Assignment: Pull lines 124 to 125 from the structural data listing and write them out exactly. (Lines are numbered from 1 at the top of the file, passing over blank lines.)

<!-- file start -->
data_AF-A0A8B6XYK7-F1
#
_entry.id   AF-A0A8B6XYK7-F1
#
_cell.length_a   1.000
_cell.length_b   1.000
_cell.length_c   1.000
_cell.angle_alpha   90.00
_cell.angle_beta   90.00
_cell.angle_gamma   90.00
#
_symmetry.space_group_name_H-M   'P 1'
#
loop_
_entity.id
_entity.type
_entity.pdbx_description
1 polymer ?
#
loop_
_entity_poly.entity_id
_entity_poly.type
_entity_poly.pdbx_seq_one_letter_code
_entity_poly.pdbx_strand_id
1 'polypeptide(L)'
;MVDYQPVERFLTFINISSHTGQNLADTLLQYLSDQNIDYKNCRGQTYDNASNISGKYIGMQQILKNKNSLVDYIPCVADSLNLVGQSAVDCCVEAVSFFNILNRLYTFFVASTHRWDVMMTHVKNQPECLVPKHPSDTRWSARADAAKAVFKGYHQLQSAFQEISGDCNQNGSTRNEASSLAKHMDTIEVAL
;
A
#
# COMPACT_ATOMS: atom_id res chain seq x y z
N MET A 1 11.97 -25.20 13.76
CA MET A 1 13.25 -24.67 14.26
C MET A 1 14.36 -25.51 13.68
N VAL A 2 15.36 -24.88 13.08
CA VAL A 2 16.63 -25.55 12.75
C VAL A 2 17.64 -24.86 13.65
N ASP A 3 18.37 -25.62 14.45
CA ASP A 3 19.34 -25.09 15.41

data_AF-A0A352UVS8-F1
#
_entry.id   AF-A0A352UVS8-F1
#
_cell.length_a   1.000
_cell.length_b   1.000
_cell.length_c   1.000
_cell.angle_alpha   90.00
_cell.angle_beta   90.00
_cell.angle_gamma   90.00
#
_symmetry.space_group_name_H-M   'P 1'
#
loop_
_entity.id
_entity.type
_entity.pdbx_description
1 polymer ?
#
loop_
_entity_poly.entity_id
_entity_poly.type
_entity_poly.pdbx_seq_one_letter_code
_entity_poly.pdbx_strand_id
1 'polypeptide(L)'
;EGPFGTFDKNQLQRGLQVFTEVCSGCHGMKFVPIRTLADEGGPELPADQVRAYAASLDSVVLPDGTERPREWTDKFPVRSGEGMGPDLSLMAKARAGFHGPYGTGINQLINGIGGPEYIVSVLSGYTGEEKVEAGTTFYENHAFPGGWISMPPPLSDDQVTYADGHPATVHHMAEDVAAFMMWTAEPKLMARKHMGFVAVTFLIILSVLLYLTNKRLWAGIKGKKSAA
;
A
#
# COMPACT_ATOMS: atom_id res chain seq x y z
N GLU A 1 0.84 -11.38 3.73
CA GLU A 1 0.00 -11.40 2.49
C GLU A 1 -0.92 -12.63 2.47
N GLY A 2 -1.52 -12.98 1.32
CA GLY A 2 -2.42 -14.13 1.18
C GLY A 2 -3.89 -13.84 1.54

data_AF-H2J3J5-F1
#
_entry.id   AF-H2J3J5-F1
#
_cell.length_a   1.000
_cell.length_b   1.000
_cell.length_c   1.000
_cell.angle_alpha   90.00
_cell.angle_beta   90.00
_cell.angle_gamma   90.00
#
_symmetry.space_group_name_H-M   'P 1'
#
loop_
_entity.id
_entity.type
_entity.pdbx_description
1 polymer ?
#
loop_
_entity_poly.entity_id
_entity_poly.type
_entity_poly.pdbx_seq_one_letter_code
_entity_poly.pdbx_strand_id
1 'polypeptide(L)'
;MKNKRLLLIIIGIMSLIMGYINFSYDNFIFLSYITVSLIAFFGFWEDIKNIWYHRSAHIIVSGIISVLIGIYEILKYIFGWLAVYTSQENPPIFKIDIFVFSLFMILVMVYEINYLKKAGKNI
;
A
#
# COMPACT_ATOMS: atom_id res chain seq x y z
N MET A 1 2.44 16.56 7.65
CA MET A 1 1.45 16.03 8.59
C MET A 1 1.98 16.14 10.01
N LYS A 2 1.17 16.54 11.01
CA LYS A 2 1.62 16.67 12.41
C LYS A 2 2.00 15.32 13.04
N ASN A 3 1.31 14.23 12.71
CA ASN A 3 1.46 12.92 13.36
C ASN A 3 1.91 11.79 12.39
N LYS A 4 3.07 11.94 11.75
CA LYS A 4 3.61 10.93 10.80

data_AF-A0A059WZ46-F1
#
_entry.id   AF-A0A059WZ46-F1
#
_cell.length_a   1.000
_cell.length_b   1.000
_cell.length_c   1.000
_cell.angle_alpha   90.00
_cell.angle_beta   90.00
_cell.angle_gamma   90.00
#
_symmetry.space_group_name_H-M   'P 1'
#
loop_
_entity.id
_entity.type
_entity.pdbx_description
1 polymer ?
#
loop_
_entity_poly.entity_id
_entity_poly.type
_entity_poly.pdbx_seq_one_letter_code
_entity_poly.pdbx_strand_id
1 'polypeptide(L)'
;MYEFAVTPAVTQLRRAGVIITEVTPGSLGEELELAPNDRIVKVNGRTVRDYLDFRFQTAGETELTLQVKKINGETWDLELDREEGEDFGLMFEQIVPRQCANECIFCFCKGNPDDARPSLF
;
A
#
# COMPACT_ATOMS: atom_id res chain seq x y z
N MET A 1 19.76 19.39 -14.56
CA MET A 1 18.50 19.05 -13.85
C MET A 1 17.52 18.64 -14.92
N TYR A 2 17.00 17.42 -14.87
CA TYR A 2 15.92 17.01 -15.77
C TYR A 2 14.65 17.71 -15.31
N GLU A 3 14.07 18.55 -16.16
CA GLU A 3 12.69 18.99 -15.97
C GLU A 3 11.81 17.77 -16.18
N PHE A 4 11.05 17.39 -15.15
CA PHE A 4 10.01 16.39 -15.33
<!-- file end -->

_cell.angle_beta   90.00
_cell.angle_gamma   90.00